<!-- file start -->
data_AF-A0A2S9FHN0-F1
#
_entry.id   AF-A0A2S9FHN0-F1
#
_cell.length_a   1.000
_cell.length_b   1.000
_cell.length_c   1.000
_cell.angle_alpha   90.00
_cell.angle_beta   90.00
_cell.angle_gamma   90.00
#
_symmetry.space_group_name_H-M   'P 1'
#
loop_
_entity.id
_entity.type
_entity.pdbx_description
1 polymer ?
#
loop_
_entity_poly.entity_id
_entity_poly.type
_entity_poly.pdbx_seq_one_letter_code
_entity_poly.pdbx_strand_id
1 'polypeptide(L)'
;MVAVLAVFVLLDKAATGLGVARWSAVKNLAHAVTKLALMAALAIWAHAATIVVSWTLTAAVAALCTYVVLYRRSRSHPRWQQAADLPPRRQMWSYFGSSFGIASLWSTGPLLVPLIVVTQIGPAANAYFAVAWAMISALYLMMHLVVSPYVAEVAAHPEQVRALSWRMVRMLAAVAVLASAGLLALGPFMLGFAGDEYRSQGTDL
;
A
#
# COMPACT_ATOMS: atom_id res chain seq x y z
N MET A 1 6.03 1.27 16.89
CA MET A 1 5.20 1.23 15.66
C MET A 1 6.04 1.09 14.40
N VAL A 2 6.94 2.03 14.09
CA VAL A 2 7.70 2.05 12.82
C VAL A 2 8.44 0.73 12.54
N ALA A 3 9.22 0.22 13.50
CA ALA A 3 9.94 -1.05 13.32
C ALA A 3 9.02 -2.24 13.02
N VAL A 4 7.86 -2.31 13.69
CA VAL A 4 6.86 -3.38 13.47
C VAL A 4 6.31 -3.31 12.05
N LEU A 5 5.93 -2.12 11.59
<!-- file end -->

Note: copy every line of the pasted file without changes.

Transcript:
data_AF-A0A2S9FHN0-F1
#
_entry.id   AF-A0A2S9FHN0-F1
#
_cell.length_a   1.000
_cell.length_b   1.000
_cell.length_c   1.000
_cell.angle_alpha   90.00
_cell.angle_beta   90.00
_cell.angle_gamma   90.00
#
_symmetry.space_group_name_H-M   'P 1'
#
loop_
_entity.id
_entity.type
_entity.pdbx_description
1 polymer ?
#
loop_
_entity_poly.entity_id
_entity_poly.type
_entity_poly.pdbx_seq_one_letter_code
_entity_poly.pdbx_strand_id
1 'polypeptide(L)'
;MVAVLAVFVLLDKAATGLGVARWSAVKNLAHAVTKLALMAALAIWAHAATIVVSWTLTAAVAALCTYVVLYRRSRSHPRWQQAADLPPRRQMWSYFGSSFGIASLWSTGPLLVPLIVVTQIGPAANAYFAVAWAMISALYLMMHLVVSPYVAEVAAHPEQVRALSWRMVRMLAAVAVLASAGLLALGPFMLGFAGDEYRSQGTDL
;
A
#
# COMPACT_ATOMS: atom_id res chain seq x y z
N MET A 1 6.03 1.27 16.89
CA MET A 1 5.20 1.23 15.66
C MET A 1 6.04 1.09 14.40
N VAL A 2 6.94 2.03 14.09
CA VAL A 2 7.70 2.05 12.82
C VAL A 2 8.44 0.73 12.54
N ALA A 3 9.22 0.22 13.50
CA ALA A 3 9.94 -1.05 13.32
C ALA A 3 9.02 -2.24 13.02
N VAL A 4 7.86 -2.31 13.69
CA VAL A 4 6.86 -3.38 13.47
C VAL A 4 6.31 -3.31 12.05
N LEU A 5 5.93 -2.12 11.59